prove interesting, both in regard to University of Michigan in 1875. She
showing the talent which she then began her practice in Poughkeepsie,
possessed and as a promise of the N. Y., and in 1877 she was appointed
brilliant future which was before her. by the governor of Massachusetts
Sarah Spencer Brown, '97, in the resident physician of the Massachu-
April issue of the Inlander for 1896, setts Reformatory prison for women.
tells the following incidents of Dr. For two years, Dr. Mosher filled up
M'osher's college life: "One day, dur- and conducted a hospital of 90 beds
ing Dr. Mosher's last year at the Uni- and a nursery of 60 beds.
versity, Professor Alonzo Palmer In 1879 Dr. Mosher visited London
asked some one in the women's class and Paris for the purpose of study.
to give him an epitome of his teach- 'She returned in 1880, and Governor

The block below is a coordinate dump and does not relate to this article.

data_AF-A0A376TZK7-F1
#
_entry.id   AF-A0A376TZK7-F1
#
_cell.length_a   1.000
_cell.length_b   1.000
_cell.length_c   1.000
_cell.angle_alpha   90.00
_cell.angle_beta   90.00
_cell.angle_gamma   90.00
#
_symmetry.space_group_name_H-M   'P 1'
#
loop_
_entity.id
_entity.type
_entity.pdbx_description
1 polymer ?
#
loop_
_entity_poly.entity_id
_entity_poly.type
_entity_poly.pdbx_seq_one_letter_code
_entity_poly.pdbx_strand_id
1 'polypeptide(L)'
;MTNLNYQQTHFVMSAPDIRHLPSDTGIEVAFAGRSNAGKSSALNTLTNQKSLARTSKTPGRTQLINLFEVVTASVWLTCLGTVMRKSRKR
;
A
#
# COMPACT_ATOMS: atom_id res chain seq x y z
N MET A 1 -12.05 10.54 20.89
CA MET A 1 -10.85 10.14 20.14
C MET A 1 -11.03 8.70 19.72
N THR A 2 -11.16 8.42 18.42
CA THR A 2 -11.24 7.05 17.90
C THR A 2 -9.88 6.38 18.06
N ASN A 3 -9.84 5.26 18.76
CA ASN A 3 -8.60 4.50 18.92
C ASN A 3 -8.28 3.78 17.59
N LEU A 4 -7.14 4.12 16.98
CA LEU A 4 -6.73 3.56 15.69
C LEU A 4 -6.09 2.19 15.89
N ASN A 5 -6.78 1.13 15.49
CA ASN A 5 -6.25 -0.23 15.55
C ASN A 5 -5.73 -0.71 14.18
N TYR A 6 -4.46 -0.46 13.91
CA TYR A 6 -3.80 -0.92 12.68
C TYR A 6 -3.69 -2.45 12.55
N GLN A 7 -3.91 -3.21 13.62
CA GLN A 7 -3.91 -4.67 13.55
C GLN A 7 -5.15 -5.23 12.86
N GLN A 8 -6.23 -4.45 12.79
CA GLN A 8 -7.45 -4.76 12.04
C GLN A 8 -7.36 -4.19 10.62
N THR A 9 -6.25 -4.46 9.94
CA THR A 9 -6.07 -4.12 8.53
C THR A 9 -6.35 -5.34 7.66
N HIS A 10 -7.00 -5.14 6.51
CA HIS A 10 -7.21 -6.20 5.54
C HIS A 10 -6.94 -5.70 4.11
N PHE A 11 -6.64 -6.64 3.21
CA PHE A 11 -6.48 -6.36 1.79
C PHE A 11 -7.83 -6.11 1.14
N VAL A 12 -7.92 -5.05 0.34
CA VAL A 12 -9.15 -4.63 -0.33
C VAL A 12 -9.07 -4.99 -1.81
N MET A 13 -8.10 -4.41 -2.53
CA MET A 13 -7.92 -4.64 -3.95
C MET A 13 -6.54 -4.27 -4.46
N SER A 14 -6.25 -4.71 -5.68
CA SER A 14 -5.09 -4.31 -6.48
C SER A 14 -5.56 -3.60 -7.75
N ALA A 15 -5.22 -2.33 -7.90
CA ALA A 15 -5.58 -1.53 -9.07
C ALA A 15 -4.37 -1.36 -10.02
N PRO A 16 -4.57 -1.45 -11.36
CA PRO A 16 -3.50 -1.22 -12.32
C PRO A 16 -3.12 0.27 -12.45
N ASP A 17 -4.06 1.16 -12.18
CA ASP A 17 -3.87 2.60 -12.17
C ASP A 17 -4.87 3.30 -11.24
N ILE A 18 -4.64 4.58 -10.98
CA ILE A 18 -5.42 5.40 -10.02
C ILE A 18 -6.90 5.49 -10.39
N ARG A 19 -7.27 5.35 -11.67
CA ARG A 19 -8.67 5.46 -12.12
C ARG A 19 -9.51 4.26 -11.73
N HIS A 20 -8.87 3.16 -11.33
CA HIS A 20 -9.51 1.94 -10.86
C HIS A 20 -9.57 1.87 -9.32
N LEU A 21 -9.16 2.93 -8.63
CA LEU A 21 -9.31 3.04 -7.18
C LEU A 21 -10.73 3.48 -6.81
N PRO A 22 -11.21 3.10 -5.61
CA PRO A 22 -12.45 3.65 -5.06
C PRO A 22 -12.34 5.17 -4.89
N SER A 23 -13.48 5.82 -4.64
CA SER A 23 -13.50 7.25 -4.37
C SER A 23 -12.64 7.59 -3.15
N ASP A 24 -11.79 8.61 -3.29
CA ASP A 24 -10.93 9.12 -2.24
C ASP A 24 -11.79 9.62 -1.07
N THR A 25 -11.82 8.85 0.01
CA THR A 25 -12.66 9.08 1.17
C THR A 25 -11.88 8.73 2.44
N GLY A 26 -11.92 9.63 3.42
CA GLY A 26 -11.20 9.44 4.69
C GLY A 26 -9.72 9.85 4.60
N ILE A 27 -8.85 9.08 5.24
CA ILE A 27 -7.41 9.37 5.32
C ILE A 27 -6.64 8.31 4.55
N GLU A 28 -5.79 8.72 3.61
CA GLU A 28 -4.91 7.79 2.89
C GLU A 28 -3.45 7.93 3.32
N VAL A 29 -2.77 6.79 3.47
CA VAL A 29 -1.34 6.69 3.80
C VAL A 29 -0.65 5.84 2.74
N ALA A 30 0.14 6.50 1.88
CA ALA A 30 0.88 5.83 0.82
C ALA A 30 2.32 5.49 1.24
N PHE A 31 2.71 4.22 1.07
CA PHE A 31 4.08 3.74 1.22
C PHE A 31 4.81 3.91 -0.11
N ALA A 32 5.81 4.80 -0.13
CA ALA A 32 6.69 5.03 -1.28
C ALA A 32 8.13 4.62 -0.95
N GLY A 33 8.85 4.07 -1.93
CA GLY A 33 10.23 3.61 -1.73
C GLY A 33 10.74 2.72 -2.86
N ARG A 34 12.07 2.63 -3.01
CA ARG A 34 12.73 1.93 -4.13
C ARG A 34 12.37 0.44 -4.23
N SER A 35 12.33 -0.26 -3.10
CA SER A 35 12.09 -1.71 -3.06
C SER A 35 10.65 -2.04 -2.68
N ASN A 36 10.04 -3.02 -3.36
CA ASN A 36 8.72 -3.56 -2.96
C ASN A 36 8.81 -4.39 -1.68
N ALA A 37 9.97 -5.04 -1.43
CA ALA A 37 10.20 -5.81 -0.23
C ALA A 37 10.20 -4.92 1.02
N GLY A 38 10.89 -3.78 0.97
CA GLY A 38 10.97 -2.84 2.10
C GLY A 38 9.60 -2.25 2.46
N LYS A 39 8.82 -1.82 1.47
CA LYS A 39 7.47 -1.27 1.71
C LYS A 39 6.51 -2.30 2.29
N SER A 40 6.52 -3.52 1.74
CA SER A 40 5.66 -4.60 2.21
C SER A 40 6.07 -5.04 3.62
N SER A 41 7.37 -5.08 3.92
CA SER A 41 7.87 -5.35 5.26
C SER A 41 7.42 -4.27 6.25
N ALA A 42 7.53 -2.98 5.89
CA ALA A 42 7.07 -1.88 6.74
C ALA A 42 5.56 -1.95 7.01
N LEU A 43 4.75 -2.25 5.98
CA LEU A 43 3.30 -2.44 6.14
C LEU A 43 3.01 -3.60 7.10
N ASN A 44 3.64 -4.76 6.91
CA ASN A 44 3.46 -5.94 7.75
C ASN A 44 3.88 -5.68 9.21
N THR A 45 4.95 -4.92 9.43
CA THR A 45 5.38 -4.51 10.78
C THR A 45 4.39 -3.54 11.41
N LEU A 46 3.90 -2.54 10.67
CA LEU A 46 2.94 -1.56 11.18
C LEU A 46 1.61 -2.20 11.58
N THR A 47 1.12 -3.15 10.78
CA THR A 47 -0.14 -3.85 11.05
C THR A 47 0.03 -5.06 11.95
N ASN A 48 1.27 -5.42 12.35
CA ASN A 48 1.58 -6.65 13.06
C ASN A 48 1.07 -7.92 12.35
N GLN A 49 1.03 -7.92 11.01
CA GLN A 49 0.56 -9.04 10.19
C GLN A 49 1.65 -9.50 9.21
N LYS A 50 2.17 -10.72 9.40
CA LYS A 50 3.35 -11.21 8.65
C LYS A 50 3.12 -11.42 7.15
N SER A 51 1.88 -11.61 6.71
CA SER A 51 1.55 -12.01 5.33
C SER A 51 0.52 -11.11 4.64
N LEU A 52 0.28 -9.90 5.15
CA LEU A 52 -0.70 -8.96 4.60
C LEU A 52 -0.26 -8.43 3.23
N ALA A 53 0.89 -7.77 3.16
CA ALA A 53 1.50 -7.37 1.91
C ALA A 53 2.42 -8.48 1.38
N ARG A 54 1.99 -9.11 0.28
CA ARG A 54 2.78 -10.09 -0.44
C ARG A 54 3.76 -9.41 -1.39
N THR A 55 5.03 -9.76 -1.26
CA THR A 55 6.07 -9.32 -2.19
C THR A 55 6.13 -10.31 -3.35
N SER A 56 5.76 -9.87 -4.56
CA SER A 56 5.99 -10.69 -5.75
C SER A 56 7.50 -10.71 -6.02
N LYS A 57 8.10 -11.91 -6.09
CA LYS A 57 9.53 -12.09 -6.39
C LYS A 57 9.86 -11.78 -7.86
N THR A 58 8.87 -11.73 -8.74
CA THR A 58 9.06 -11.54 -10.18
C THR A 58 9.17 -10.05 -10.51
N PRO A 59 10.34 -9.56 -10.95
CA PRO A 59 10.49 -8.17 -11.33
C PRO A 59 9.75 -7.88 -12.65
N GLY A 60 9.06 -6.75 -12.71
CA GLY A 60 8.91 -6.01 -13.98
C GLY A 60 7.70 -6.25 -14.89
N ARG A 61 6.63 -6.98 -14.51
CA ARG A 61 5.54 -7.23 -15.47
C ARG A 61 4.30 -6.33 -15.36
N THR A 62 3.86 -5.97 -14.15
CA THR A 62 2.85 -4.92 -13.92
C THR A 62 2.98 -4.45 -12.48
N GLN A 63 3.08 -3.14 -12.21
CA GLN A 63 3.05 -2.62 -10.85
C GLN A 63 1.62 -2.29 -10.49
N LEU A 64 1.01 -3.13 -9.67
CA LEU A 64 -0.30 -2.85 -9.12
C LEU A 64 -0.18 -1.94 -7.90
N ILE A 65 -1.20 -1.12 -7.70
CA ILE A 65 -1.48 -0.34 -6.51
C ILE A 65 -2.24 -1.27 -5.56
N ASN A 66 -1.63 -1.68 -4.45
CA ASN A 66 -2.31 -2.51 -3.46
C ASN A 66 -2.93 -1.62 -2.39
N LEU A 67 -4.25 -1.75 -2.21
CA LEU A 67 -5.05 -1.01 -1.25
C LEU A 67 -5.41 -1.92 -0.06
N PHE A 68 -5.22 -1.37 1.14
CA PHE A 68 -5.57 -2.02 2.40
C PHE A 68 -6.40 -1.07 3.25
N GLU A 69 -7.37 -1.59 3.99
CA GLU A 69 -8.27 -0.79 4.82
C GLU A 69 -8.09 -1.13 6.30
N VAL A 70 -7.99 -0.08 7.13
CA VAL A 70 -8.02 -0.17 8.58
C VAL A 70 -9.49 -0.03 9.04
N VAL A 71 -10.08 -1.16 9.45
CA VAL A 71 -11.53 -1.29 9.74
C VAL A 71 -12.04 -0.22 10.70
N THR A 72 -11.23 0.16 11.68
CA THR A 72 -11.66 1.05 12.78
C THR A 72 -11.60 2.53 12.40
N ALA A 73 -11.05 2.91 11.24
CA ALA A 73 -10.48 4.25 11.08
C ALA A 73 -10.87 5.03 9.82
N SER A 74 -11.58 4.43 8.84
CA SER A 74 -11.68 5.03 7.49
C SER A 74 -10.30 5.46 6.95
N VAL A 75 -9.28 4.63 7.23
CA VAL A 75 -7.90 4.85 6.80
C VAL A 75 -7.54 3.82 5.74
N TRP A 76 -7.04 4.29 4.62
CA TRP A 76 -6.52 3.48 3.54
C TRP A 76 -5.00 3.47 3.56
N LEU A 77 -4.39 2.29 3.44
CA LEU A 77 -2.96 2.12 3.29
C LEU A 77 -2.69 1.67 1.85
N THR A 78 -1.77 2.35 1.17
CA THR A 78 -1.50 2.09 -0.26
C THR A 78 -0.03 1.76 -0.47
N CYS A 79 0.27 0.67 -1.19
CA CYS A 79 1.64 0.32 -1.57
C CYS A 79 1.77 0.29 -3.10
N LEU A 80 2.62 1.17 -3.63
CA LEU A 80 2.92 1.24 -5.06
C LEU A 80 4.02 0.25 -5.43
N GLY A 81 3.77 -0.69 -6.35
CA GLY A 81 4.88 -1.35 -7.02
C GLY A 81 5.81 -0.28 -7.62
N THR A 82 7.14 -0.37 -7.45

ing on pneumonia. No one volunteer- Long of Massachusetts persuaded her
ed. Ile called on several by name to become superintendent of the Mass-
but they. begged to be excused. Final- achusetts Reformatory prison for
ly he said, iss Mosher, will you do women, which office she filled with
it?' Feeling that the reputation of her marked success until 1884 when she
class was at, stake, Miss Mosher be- accepted the appointment of proes-
gan. Fortunately, she was able to sor of. physiology and resident physi-
recall the doctor's own definitions and cian at Vassar College. She became
special teachings on this, his favorite dean of women at -the University in
subject with sufficient exactness to 1896 which office she held until 1902.
please him greatly. When she While at Michigan, Dr. Mosher ac-
stopped, he said, 'Well done, Miss complished a great deal. Her work
Mosher! You shall e a professor.' was entirely new, as there were no'
"On another ocasion, Dr. Palmer precedents for her to follow, she was
came into class one morning preceed- obliged to establish her own pro-
ed by the janitor, who bore a large cedure.

Mrs. Joseph Markley, who knows1
Dr. Mosher personally, describes her4
as a tall, strongly built woman with a
commanding presence. Her hair is)
gray, her voice strong and sweet. Her
charming personality and animationl
are her distinguishing characteristics.
Dr. Mosher was one of the incor-
porators of the Chautauqua School of
Physical Education and has lectured